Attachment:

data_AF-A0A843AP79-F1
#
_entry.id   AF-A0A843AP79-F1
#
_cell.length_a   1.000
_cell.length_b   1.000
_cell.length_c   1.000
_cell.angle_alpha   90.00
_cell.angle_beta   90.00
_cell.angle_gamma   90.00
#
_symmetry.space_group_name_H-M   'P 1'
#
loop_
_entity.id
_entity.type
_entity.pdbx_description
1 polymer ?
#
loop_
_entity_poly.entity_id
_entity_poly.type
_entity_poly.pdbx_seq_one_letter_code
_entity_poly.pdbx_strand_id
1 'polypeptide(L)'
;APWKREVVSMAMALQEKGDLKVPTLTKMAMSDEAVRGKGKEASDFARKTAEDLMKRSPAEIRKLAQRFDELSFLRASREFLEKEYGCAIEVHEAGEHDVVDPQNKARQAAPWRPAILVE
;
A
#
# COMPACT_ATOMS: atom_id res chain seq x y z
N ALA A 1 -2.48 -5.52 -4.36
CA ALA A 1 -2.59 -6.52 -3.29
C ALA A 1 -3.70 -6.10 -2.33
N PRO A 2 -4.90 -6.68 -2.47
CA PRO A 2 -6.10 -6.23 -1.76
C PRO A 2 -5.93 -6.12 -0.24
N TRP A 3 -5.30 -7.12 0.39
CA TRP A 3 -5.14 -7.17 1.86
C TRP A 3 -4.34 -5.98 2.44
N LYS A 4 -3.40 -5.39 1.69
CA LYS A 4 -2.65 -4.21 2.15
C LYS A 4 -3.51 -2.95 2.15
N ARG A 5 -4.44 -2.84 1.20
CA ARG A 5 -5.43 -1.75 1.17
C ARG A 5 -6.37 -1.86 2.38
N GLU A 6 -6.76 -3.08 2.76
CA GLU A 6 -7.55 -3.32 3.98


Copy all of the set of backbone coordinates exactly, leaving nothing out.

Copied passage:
data_AF-A0A843AP79-F1
#
_entry.id   AF-A0A843AP79-F1
#
_cell.length_a   1.000
_cell.length_b   1.000
_cell.length_c   1.000
_cell.angle_alpha   90.00
_cell.angle_beta   90.00
_cell.angle_gamma   90.00
#
_symmetry.space_group_name_H-M   'P 1'
#
loop_
_entity.id
_entity.type
_entity.pdbx_description
1 polymer ?
#
loop_
_entity_poly.entity_id
_entity_poly.type
_entity_poly.pdbx_seq_one_letter_code
_entity_poly.pdbx_strand_id
1 'polypeptide(L)'
;APWKREVVSMAMALQEKGDLKVPTLTKMAMSDEAVRGKGKEASDFARKTAEDLMKRSPAEIRKLAQRFDELSFLRASREFLEKEYGCAIEVHEAGEHDVVDPQNKARQAAPWRPAILVE
;
A
#
# COMPACT_ATOMS: atom_id res chain seq x y z
N ALA A 1 -2.48 -5.52 -4.36
CA ALA A 1 -2.59 -6.52 -3.29
C ALA A 1 -3.70 -6.10 -2.33
N PRO A 2 -4.90 -6.68 -2.47
CA PRO A 2 -6.10 -6.23 -1.76
C PRO A 2 -5.93 -6.12 -0.24
N TRP A 3 -5.30 -7.12 0.39
CA TRP A 3 -5.14 -7.17 1.86
C TRP A 3 -4.34 -5.98 2.44
N LYS A 4 -3.40 -5.39 1.69
CA LYS A 4 -2.65 -4.21 2.15
C LYS A 4 -3.51 -2.95 2.15
N ARG A 5 -4.44 -2.84 1.20
CA ARG A 5 -5.43 -1.75 1.17
C ARG A 5 -6.37 -1.86 2.38
N GLU A 6 -6.76 -3.08 2.76
CA GLU A 6 -7.55 -3.32 3.98